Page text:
Rafa is smashing, Roger’s at break point

What’s with Mr. Federer? Almost unbeatable from 2003 until last year, he amassed ATP victory after tournament win after Grand Slam trophy (13 in all). During that span, the entire tennis world declared the Swiss Master—tennis’ version of a glittering Rolex watch—as “The Greatest.”

Then. Now, I’m doubtful. Consider what happened last Saturday. Against the world’s 3rd-ranked player, Novak Djokovic, the newly-married Roger lost. That’s fine. Every so often, even Tiger Woods misses a three-foot putt and LeBron James misfires on an open free-throw. My shock had to do with how Roger lost.


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In R and R final, the champ is Mr. Relentless


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Has there ever been an athlete as untiring and inexhaustible?

Finishing his semi-final against Fernando Verdasco in 5 hours, 14 minutes, he’s only allowed one day’s rest before beating Roger Federer in 4 hours, 22 minutes. In total, that’s 24 minutes shy of 10 hours of scampering for drop-shots, leaping for overheads, pouncing for volleys, swiveling from left to right for backhands…

Has there ever been a man wearing tennis shoes as unflagging and indefatigable?

While everyone, including Star Sports announcers Vijay and Allan, concluded that he’d be wearied and debilitated last Sunday—the opposite happened: the Spaniard was perky, hyper, vigorous. He was a Spanish ball of fire who, amidst the warm Melbourne air, burned and melted the cool Swiss Alps.

Rafa? Roger? Cebuanos take their pick…


Bobby Aboitiz: Tough one, John… Federer’s control and methodical and reliable play vs. Nadal’s brilliant moments and passion… Its like Germany vs. Brazil in a soccer World Cup final… Stats would favor Federer, but my heart is with Nadal.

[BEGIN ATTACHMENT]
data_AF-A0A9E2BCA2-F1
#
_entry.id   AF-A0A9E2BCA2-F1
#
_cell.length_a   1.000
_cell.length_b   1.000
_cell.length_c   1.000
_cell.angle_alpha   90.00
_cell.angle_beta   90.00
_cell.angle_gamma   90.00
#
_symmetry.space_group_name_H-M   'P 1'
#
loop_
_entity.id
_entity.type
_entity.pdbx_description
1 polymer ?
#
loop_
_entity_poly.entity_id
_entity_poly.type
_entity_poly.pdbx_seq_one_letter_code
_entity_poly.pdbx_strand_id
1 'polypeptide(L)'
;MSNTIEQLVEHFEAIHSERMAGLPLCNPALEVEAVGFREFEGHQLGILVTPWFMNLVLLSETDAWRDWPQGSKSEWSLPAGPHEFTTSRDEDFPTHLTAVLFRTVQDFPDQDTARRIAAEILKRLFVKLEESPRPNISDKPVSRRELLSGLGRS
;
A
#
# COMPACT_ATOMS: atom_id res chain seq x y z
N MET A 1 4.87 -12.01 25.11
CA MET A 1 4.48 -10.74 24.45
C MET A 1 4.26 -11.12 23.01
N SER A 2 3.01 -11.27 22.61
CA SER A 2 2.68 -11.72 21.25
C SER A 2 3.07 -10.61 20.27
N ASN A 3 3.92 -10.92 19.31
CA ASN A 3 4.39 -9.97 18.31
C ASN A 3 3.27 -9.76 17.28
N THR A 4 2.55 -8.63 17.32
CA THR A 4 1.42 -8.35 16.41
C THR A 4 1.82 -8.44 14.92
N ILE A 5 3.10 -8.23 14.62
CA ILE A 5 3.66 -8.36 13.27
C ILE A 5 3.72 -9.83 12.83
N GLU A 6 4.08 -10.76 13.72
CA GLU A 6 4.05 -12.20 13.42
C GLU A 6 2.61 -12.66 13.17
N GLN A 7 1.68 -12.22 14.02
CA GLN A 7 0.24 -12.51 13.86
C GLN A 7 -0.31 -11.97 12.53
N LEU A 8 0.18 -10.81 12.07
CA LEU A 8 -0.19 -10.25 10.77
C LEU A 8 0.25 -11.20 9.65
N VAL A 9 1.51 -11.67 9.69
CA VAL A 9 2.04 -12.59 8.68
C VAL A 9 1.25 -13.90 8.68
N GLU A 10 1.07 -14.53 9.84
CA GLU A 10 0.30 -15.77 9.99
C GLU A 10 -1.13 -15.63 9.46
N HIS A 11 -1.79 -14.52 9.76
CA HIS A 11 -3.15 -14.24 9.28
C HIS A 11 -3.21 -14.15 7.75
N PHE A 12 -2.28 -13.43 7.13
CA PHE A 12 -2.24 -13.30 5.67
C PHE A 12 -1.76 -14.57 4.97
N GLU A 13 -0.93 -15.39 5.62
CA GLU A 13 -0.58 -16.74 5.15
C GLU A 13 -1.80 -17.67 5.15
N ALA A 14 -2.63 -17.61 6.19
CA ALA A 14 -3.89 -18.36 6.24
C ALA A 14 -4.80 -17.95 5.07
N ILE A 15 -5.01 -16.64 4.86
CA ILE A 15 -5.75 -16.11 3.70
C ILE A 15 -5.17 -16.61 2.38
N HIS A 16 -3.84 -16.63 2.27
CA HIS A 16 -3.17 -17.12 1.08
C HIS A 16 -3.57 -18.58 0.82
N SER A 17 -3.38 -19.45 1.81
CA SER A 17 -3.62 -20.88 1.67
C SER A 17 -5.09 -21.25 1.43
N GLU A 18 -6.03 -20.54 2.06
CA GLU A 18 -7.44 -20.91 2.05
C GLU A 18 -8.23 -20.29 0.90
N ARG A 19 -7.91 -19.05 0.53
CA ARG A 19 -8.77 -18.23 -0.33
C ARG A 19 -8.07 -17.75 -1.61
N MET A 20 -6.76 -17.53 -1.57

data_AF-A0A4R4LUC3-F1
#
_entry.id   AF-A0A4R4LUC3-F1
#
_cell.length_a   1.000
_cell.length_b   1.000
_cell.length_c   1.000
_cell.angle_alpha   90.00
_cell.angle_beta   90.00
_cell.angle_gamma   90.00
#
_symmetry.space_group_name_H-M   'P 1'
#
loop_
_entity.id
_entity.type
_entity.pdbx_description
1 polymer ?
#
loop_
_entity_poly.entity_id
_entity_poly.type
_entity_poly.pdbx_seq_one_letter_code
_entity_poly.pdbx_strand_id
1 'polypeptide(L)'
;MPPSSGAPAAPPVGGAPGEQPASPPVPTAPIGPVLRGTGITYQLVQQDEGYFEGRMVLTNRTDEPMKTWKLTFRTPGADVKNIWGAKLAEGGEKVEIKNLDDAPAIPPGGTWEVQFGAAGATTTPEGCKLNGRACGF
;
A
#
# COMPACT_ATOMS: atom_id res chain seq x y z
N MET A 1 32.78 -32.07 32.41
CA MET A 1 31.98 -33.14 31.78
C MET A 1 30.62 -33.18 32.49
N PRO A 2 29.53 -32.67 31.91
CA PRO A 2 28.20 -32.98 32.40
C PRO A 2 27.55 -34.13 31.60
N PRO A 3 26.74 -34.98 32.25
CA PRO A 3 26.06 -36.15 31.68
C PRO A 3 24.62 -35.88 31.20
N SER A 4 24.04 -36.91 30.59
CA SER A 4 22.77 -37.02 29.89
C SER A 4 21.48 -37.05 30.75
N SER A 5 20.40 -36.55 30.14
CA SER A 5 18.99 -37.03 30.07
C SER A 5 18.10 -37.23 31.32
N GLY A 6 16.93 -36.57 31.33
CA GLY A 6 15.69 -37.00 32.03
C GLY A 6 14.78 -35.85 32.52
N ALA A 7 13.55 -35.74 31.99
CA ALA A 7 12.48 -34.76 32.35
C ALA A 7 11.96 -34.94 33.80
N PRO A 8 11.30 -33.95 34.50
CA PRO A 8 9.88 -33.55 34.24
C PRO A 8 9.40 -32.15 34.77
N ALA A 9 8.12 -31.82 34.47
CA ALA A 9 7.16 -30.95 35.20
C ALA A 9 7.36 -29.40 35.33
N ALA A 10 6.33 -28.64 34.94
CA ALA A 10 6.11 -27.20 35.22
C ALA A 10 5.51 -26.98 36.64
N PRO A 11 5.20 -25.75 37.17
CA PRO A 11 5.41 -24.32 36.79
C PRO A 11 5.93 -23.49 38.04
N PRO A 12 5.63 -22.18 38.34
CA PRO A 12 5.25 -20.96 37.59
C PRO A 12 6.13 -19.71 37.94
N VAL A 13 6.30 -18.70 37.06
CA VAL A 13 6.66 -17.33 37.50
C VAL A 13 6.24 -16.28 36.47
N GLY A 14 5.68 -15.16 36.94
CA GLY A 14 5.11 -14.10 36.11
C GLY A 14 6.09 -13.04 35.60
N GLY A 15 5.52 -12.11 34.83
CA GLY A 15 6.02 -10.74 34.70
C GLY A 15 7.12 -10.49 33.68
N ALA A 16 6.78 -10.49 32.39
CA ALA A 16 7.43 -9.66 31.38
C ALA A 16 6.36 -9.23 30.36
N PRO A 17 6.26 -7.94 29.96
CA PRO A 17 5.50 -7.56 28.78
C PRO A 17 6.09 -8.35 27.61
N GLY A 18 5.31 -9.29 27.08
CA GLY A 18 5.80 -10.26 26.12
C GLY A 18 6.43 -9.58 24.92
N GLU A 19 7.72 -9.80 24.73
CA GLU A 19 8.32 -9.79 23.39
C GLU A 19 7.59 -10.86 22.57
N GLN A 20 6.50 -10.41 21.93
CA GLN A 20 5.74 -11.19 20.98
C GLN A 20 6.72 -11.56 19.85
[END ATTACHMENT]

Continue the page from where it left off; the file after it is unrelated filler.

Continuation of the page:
Steve Benitez: My pick is Roger. He has worked hard to gain back his form and confidence after going through a humbling experience of setbacks. He is now more driven to prove that, indeed, he is the best ever, and he needs this win to prove that.

Fabby Borromeo: I want Rafa to win but the odds favor Roger after Rafa’s 5-set semis match that must have drained him. I also think they should schedule both the men’s semis on Thursday cause it’s unfair to the winning player of the 2nd semis. Vamos, Rafa!

Fr. Joy Danao: I’ll go for Rafa cause he’s hungrier and he has improved his game vs. Roger; though he humbly respects the master magician and his enormous talent. Go, Rafa!

The Fantastic Four: Novak, Roger, Andy and Rafa

When Jasmin and I watched him play last August, he was a disaster. Facing the unheralded Lu Yen-Hsu (yes, Hsu is this guy?) of Taipei, Andy Murray lost 7-6, 6-4. In the first round. Representing the great Great Britain. During the Beijing Olympics. Minutes after that loss, I recall stepping out of Court One of the Olympic Green Tennis Centre and seeing Andy’s mother, Judy Murray, walking alone. I considered approaching her to say hi but, after that desolating loss, I’d bet she was in a foul mood for a chit-chat.

R and R and the Rest of men’s tennis this ‘08

With 14 days left before New Year’s Eve, I reminisce on one of the most electrifying seasons in tennis…..